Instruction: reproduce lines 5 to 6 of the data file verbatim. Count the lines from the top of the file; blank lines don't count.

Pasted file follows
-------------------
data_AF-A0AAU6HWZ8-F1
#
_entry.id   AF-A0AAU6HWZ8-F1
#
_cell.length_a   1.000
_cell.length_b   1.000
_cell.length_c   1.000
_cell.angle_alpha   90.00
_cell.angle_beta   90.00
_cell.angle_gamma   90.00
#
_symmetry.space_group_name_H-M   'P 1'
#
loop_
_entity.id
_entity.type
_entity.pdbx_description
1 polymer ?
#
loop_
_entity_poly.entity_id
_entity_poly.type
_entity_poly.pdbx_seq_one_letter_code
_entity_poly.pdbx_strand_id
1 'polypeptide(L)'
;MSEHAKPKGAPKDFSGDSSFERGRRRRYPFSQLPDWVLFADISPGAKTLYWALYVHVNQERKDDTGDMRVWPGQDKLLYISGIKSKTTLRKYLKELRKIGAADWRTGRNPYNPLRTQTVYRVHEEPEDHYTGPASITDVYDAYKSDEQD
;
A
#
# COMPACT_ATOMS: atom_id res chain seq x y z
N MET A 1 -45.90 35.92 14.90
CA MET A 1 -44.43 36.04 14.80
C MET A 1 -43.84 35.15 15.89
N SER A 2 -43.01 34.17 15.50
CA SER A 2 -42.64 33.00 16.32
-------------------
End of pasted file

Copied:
_cell.length_a   1.000
_cell.length_b   1.000